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Glossitis in Children: Care Instructions

Anatomy of the mouth


Glossitis is swelling of the tongue. The tongue looks smooth and may be an unusual colour from pinkish to dark red. Glossitis is often caused by an infection. Other causes include injury, irritation from spicy foods, or a poor diet.

Glossitis can make it hard for your child to talk, chew, or swallow, especially if they get sores on the tongue.

Treatment for glossitis depends on the cause. An infection is treated with antibiotics. Other medicines can relieve swelling and pain. If the swelling is severe, your doctor may prescribe steroids.

Follow-up care is a key part of your child's treatment and safety. Be sure to make and go to all appointments, and call your doctor or nurse advice line (811 in most provinces and territories) if your child is having problems. It's also a good idea to know your child's test results and keep a list of the medicines your child takes.

How can you care for your child at home?

  • If the doctor prescribed antibiotics for your child, give them as directed. Do not stop using them just because your child feels better. Your child needs to take the full course of antibiotics.
  • Give your child a bland or liquid diet while they have glossitis. Bland foods include mashed potatoes, soft breads, cream soups, eggs, and soft, well-cooked vegetables.
  • Avoid spicy or hot foods and citrus fruits like orange juice or lemons that can make the swelling of glossitis worse.
  • Rinse your child's mouth with a mixture of a half-teaspoon (2.5 mL) of baking soda in 1 cup (250 mL) of warm water.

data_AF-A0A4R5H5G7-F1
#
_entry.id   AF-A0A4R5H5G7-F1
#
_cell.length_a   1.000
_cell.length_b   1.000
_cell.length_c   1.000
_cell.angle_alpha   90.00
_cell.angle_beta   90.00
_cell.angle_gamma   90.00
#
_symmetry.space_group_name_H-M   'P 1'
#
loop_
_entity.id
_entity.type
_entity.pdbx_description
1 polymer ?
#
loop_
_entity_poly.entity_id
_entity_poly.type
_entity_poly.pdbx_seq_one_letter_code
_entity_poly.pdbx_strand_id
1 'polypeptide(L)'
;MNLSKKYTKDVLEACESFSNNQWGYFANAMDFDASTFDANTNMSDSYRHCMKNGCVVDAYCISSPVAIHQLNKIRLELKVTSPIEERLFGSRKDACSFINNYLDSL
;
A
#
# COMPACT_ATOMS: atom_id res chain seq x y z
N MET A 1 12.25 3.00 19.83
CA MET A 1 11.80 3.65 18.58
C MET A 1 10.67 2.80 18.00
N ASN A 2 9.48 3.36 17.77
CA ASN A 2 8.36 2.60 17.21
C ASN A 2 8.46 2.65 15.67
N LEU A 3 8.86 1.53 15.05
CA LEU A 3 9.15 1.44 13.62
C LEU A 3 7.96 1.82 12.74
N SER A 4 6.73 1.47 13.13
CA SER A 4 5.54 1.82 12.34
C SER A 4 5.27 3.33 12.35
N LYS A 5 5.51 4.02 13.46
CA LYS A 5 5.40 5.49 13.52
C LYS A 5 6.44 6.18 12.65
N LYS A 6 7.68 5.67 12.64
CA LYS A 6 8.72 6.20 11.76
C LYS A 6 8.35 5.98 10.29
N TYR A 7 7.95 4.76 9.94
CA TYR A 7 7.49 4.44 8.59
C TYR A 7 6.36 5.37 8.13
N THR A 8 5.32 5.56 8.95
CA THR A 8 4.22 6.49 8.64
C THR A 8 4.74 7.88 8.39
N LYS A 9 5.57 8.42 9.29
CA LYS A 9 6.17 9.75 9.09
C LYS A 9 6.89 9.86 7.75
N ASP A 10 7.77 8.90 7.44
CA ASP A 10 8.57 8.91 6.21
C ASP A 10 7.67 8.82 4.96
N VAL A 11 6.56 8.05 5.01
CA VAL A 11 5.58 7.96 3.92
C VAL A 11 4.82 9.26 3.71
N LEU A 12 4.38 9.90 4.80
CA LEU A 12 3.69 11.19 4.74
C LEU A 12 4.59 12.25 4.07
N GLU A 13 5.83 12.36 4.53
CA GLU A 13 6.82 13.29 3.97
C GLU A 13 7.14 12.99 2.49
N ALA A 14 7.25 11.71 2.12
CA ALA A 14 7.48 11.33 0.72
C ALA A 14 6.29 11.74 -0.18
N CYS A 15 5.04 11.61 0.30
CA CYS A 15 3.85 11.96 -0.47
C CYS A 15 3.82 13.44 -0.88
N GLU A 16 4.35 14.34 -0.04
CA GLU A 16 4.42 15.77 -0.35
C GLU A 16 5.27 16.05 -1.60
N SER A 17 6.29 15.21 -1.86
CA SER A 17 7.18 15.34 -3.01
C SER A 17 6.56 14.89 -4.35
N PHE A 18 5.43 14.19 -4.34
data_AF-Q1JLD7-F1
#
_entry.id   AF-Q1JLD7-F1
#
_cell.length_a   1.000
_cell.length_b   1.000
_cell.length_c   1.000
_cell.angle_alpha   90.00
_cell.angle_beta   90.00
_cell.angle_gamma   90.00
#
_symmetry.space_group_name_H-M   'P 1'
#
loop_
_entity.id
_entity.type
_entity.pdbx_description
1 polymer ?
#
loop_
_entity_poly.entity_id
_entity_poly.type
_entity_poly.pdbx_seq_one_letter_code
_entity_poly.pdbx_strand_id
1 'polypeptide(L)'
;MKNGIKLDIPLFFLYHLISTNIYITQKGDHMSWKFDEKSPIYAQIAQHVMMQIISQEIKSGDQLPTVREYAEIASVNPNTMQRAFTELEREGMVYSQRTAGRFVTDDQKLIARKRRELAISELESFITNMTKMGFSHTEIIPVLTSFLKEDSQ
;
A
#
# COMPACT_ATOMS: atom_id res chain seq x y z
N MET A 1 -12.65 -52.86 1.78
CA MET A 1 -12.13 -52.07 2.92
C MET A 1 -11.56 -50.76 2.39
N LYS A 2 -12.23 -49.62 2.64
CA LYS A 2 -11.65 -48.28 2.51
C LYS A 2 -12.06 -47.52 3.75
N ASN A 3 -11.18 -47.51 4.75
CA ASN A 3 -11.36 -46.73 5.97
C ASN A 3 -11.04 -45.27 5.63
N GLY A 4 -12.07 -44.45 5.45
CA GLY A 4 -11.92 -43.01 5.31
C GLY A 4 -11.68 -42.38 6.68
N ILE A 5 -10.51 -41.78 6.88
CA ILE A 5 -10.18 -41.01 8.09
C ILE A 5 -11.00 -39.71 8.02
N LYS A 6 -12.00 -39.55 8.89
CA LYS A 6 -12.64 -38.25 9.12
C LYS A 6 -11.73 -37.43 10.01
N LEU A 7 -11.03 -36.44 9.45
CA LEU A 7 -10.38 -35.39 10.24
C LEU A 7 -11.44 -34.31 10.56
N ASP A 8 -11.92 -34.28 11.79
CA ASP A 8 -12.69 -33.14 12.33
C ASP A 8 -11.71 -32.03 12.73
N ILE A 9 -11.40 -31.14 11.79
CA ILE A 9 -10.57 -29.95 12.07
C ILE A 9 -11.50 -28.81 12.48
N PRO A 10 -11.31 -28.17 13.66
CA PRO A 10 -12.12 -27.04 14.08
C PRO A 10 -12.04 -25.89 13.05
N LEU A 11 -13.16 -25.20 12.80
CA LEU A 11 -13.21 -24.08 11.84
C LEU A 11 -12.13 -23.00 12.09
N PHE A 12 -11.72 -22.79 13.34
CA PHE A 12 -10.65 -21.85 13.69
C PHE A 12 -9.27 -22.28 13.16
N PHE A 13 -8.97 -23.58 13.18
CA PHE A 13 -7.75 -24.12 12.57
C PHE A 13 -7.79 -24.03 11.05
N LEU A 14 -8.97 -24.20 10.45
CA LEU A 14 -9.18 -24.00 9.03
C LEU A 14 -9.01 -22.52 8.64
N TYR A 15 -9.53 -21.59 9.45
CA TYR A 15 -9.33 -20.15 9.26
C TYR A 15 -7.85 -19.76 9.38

• Floss your child's teeth every day. Help your child brush their teeth at least two times a day. Help your child clean their tongue at the same time.

When should you call for help?

Call 911 anytime you think your child may need emergency care. For example, call if:

  • Your child has trouble breathing.

Call your doctor or nurse advice line now or seek immediate medical care if:

  • Your child has new or worse symptoms of infection, such as:
    • Increased pain, swelling, warmth, or redness.
    • Pus draining from the area.
    • A fever.
  • Your child has trouble speaking, chewing, or swallowing.

Watch closely for changes in your child's health, and be sure to contact your doctor or nurse advice line if:

  • Your child does not get better as expected.

Where can you learn more?

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Care instructions adapted under license by your healthcare professional. If you have questions about a medical condition or this instruction, always ask your healthcare professional. Healthwise, Incorporated disclaims any warranty or liability for your use of this information.